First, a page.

28 June 2013

Lies of the Dead - Cover

I'm really excited that my latest book Lies of the Dead is just about there and thrilled to unveil the cover created by the talented Andrew Brown of Design for Writers.

Unlike Driftwood and Lives Interrupted I had absolutely no ideas for the cover of Lies of the Dead, but working with Andrew makes the process incredibly easy. He asks a lot of questions about the plot and characters, important (poster) scenes, my own likes and dislikes, and then he goes away and works his magic.

Lies of the Dead is set predominantly in Cornwall which is an area I love. Writing those scenes has allowed me to wander through villages, along beautiful cliff walks and feel the sand under my feet on the glorious beaches. The setting of Poldrayth is fictitious but it is based on a real Cornish village to allow me to play around with the geography a little.

What would you risk to find the truth?

How well do we know those closest to us? When Liam kills himself, his older brother Tom needs to know why suicide was the only answer.

Tom's search leads him, and his sister Andi, to a criminal world where their ideas of right and wrong don’t exist, and where people aren’t who they claim to be.

Liam’s legacy of deceit is dangerous and when Tom and Andi and her twin daughters are threatened, Tom realises that truth may have too high a price. 

Thanks a million Andrew for a wonderful cover - drumroll

06 June 2013


At this time of year in New Zealand it's the celebration of Matariki – the traditional Maori New Year.

Of course we also celebrate New Year on the 31st December/1st January, and as there is also a large Chinese population we have festivals to celebrate Chinese New Year, as well as Matariki events.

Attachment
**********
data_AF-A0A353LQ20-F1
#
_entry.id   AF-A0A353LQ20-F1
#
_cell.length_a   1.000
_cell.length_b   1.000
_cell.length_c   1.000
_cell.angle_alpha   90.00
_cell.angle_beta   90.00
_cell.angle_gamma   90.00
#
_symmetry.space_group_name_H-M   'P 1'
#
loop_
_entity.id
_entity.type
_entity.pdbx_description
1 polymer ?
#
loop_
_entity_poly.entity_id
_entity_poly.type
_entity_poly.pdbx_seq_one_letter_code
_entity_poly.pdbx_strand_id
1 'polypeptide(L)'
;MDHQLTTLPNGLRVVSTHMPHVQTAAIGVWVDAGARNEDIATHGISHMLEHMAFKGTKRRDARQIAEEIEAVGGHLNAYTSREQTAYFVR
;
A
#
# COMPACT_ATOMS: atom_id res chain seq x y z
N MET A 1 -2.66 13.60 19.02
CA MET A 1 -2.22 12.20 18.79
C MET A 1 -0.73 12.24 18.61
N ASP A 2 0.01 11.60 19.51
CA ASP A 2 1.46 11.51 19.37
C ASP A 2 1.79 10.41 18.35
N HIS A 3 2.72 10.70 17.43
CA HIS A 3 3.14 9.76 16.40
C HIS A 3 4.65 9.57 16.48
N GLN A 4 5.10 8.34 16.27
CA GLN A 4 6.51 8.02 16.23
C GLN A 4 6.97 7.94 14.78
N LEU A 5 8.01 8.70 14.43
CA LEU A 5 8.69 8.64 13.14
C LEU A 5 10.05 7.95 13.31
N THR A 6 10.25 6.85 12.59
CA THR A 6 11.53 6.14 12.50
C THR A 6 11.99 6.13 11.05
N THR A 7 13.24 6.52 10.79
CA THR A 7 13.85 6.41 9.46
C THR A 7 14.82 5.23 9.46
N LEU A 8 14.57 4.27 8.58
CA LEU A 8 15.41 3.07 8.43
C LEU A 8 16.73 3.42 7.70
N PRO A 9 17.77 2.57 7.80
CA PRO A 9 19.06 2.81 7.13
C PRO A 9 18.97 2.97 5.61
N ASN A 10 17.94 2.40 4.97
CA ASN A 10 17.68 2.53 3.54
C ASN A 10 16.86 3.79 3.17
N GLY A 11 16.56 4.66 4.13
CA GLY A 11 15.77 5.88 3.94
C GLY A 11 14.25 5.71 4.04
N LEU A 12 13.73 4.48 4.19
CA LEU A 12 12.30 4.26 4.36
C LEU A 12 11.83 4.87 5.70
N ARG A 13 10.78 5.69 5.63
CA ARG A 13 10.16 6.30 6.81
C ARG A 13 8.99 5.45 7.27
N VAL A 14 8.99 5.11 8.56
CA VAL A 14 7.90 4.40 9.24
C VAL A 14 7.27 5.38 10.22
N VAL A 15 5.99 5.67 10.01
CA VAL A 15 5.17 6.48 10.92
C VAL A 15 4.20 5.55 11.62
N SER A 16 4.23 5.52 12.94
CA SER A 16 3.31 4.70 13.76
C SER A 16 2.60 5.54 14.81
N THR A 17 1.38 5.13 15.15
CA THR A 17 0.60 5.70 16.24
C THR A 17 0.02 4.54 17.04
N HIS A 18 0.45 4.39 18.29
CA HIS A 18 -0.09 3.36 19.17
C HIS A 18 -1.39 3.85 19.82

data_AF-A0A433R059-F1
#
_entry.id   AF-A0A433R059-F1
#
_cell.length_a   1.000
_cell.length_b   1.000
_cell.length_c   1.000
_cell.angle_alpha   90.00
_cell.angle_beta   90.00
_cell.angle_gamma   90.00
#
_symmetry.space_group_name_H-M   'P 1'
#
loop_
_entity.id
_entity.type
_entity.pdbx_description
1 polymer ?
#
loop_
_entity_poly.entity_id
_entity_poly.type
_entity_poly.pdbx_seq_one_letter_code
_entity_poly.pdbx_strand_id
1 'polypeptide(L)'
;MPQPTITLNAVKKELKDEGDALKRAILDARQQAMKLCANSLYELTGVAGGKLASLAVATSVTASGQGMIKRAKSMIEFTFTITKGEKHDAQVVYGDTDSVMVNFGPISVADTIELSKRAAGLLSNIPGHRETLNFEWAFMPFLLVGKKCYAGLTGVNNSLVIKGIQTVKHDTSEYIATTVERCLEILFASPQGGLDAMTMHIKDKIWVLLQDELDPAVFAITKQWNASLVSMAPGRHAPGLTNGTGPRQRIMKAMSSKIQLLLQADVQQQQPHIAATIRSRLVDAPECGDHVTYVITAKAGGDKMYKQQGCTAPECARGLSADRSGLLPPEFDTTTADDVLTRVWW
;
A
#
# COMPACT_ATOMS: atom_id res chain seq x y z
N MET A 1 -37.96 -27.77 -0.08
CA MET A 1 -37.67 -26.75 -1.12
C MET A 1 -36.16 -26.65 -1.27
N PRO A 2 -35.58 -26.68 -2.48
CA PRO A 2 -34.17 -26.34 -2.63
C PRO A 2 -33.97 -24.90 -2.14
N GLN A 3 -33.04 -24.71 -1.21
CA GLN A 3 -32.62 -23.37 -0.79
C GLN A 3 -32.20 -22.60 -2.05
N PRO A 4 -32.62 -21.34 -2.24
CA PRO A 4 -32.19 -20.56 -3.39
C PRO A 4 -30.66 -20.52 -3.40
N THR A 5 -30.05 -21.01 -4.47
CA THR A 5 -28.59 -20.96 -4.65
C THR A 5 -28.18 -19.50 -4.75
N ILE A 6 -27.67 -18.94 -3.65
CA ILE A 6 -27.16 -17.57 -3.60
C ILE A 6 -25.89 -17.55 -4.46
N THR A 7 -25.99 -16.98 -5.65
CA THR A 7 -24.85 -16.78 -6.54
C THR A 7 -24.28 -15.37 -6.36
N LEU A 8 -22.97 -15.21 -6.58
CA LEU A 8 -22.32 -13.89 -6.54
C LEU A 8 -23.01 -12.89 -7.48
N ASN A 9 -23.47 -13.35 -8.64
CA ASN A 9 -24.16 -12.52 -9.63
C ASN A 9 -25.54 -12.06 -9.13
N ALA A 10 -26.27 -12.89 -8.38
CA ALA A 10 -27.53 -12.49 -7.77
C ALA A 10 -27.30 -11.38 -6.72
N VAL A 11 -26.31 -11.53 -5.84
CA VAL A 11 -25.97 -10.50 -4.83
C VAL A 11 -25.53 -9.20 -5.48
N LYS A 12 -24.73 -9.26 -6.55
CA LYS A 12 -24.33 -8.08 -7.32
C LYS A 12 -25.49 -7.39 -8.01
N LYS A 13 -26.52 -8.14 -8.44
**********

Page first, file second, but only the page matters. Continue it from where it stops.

I’m fascinated with our obsession of changing habits and making goals on a specific date because it’s a New Year. I think having several different dates emphasises the point that we can make goals and change behaviours at any time.

I’ve blogged about making goals before, but it seemed a good time to post about a few of the things I've learned. The major thing has been to make one goal at a time, which is a good reason not to confine them to New Year.

If our goal is about big behavioural changes, then we’re more likely to succeed if we concentrate on one change at a time.

Ask yourself what you really want to change? What skill you really want to improve? Or what skill you’d like to learn? 

Take some time and really think about what you want out of life. Now is a good time as the papers and magazines aren’t full of celebrity goals that can sway our thinking.

When you’ve come up with your goal, write it down. I find the act of committing it to paper makes it more real.

Now break the goal down into smaller more manageable tasks you can measure and set a time period for achieving.

In the past I’ve tended to choose a number of things I want to change or do, and then I get bogged down trying to keep them all. Making one goal at a time and steadily progressing towards it allows me to focus on what I need to do. 

I’ve also found it useful to tell someone about my goal. Usually just one person, again it’s about making it real, but also about choosing someone who recognises why that goal is important to me, and will remind me about it in a supportive way.

Many companies have a program of continuous improvement. I’ll leave aside the fact that many pay lip service to it, but I think about it in respect of my goals. Things aren’t going to change overnight, we will probably find ourselves reverting to old habits, but concentrating on one goal, breaking it down into bite size pieces and giving ourselves the time and space to achieve makes success a lot more certain than a New Year’s Eve scattergun approach.

Start now - get out a piece of paper and think about something you really want to achieve.

If you're interested in finding out a little more about Matariki here are some links: